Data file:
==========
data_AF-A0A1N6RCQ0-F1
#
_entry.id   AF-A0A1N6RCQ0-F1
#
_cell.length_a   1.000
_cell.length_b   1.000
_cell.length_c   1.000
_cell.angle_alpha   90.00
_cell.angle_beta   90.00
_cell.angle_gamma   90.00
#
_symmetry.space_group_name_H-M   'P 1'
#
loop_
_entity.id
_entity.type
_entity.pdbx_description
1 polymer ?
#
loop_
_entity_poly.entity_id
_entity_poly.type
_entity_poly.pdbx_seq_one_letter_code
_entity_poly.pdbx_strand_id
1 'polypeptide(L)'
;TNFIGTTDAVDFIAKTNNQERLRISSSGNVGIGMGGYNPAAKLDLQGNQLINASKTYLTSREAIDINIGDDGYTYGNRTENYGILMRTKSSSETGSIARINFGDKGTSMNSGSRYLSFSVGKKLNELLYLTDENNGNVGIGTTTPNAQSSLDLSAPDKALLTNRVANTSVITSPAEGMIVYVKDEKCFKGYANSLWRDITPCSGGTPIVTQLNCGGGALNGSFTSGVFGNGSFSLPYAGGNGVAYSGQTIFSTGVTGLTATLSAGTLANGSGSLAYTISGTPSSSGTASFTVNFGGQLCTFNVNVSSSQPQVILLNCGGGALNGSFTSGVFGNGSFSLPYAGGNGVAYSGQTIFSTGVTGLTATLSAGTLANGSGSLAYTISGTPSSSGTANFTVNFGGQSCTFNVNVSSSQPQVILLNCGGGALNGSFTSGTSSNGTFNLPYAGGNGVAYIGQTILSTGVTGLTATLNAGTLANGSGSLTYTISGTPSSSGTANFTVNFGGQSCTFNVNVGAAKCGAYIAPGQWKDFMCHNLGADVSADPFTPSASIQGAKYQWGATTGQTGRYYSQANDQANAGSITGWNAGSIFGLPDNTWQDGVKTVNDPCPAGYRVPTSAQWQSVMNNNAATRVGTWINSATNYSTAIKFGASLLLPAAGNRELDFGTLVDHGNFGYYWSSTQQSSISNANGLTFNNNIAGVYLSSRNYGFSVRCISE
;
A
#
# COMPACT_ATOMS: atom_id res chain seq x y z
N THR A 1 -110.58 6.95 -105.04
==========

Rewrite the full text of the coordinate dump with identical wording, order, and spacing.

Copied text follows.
data_AF-A0A1N6RCQ0-F1
#
_entry.id   AF-A0A1N6RCQ0-F1
#
_cell.length_a   1.000
_cell.length_b   1.000
_cell.length_c   1.000
_cell.angle_alpha   90.00
_cell.angle_beta   90.00
_cell.angle_gamma   90.00
#
_symmetry.space_group_name_H-M   'P 1'
#
loop_
_entity.id
_entity.type
_entity.pdbx_description
1 polymer ?
#
loop_
_entity_poly.entity_id
_entity_poly.type
_entity_poly.pdbx_seq_one_letter_code
_entity_poly.pdbx_strand_id
1 'polypeptide(L)'
;TNFIGTTDAVDFIAKTNNQERLRISSSGNVGIGMGGYNPAAKLDLQGNQLINASKTYLTSREAIDINIGDDGYTYGNRTENYGILMRTKSSSETGSIARINFGDKGTSMNSGSRYLSFSVGKKLNELLYLTDENNGNVGIGTTTPNAQSSLDLSAPDKALLTNRVANTSVITSPAEGMIVYVKDEKCFKGYANSLWRDITPCSGGTPIVTQLNCGGGALNGSFTSGVFGNGSFSLPYAGGNGVAYSGQTIFSTGVTGLTATLSAGTLANGSGSLAYTISGTPSSSGTASFTVNFGGQLCTFNVNVSSSQPQVILLNCGGGALNGSFTSGVFGNGSFSLPYAGGNGVAYSGQTIFSTGVTGLTATLSAGTLANGSGSLAYTISGTPSSSGTANFTVNFGGQSCTFNVNVSSSQPQVILLNCGGGALNGSFTSGTSSNGTFNLPYAGGNGVAYIGQTILSTGVTGLTATLNAGTLANGSGSLTYTISGTPSSSGTANFTVNFGGQSCTFNVNVGAAKCGAYIAPGQWKDFMCHNLGADVSADPFTPSASIQGAKYQWGATTGQTGRYYSQANDQANAGSITGWNAGSIFGLPDNTWQDGVKTVNDPCPAGYRVPTSAQWQSVMNNNAATRVGTWINSATNYSTAIKFGASLLLPAAGNRELDFGTLVDHGNFGYYWSSTQQSSISNANGLTFNNNIAGVYLSSRNYGFSVRCISE
;
A
#
# COMPACT_ATOMS: atom_id res chain seq x y z
N THR A 1 -110.58 6.95 -105.04